When I was teaching, I often noticed that beginning writers tended to make all their characters behave the way they themselves would act in a given situation. I usually ended up telling them the jam story.
When my husband and I were first married, we settled into a pattern of having brunch on Sundays. I would make pancakes, eggs and English muffins and set out several kinds of jam. After a couple of weeks, my husband asked, "How come we always have a lot of different jams in the house, but we never have grape or strawberry? Those are the only two kinds I really like."
I apologized and explained that I didn't know that. I didn't buy either because I didn't like them, but from then on, I would make sure we always had grape or strawberry jam in the house. "How come you only like those two flavors?" I asked.
"Because," he said, "when I was a boy growing up on the farm, we always had grape or strawberry jam. That's what I'm used to, and that's what I like."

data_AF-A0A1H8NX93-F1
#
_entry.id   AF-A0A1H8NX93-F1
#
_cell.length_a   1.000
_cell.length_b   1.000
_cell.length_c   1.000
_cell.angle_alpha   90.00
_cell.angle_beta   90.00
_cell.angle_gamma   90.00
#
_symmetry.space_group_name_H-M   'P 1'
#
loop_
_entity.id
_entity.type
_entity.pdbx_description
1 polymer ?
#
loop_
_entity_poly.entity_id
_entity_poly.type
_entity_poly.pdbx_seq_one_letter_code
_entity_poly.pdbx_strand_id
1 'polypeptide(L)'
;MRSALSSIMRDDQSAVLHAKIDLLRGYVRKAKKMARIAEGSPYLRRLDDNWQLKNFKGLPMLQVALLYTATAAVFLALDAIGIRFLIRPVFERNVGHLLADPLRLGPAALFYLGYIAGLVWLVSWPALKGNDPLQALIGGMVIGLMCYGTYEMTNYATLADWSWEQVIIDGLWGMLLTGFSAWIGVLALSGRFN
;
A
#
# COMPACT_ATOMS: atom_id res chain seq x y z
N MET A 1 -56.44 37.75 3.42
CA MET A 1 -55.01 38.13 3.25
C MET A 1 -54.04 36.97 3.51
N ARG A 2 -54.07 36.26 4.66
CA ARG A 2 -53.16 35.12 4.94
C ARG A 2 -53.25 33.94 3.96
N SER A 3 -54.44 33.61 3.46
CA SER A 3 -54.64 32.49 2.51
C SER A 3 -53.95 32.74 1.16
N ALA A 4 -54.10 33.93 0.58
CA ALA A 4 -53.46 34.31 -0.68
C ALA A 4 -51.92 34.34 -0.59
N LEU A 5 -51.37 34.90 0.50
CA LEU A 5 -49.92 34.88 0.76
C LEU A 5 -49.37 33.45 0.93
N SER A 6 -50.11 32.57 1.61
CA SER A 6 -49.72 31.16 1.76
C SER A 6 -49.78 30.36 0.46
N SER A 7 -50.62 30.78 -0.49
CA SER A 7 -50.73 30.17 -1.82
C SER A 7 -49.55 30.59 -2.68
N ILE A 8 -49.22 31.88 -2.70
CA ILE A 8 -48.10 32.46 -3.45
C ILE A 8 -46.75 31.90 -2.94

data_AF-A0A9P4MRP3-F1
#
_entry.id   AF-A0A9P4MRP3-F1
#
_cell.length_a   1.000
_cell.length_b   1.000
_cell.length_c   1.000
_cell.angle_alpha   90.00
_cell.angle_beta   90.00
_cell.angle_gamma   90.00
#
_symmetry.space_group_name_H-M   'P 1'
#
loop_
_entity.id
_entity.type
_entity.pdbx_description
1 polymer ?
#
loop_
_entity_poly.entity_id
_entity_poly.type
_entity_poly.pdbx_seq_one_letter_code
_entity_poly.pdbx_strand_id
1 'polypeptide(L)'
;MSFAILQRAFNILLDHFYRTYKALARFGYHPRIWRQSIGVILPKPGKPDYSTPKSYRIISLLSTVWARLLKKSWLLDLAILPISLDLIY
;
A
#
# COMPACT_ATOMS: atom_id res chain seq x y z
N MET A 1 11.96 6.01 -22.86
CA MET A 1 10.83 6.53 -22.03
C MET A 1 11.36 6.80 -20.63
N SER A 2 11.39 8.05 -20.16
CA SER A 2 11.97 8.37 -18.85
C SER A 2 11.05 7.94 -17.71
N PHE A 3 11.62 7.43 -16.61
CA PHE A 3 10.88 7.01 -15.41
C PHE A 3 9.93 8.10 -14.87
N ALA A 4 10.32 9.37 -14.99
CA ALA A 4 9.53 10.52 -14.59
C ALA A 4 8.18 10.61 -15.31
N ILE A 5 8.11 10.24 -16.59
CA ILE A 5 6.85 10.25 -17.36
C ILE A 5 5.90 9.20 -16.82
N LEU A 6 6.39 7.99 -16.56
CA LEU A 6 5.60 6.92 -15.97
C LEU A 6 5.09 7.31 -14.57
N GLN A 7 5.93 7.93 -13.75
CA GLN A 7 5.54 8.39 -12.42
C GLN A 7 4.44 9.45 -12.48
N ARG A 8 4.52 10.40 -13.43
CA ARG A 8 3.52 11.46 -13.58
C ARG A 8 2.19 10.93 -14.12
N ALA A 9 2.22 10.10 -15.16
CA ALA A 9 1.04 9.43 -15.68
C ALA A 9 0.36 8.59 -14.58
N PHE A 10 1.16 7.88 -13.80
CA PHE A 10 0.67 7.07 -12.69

Then he asked, "Why don't you like grape or strawberry jam?"
"Because," I answered, "when I was a a girl growing up in the country, we always had grape or strawberry jam, and I got tired of them."
Same circumstances, two different people. Two completely different reactions. It shouldn't surprise us that brains are not all wired the same way. Unfortunately, we often tend to forget that fact and get upset when someone doesn't see things the way we do.
Writers make use of such situations because conflict is the engine that drives good stories. In real life, however, understanding differences in brain wiring can avoid conflicts and make life a lot more enjoyable.
Stephanie Kay Bendel is the author of EXIT THE LABYRINTH: A Memoir of Early Childhood Depression – Its Onset and Aftermath, MAKING CRIME PAY: A Practical Guide to Mystery Writing, and A SCREAM AWAY, a romantic thriller published under the house name, Andrea Harris. She has also written numerous short stories and articles on writing.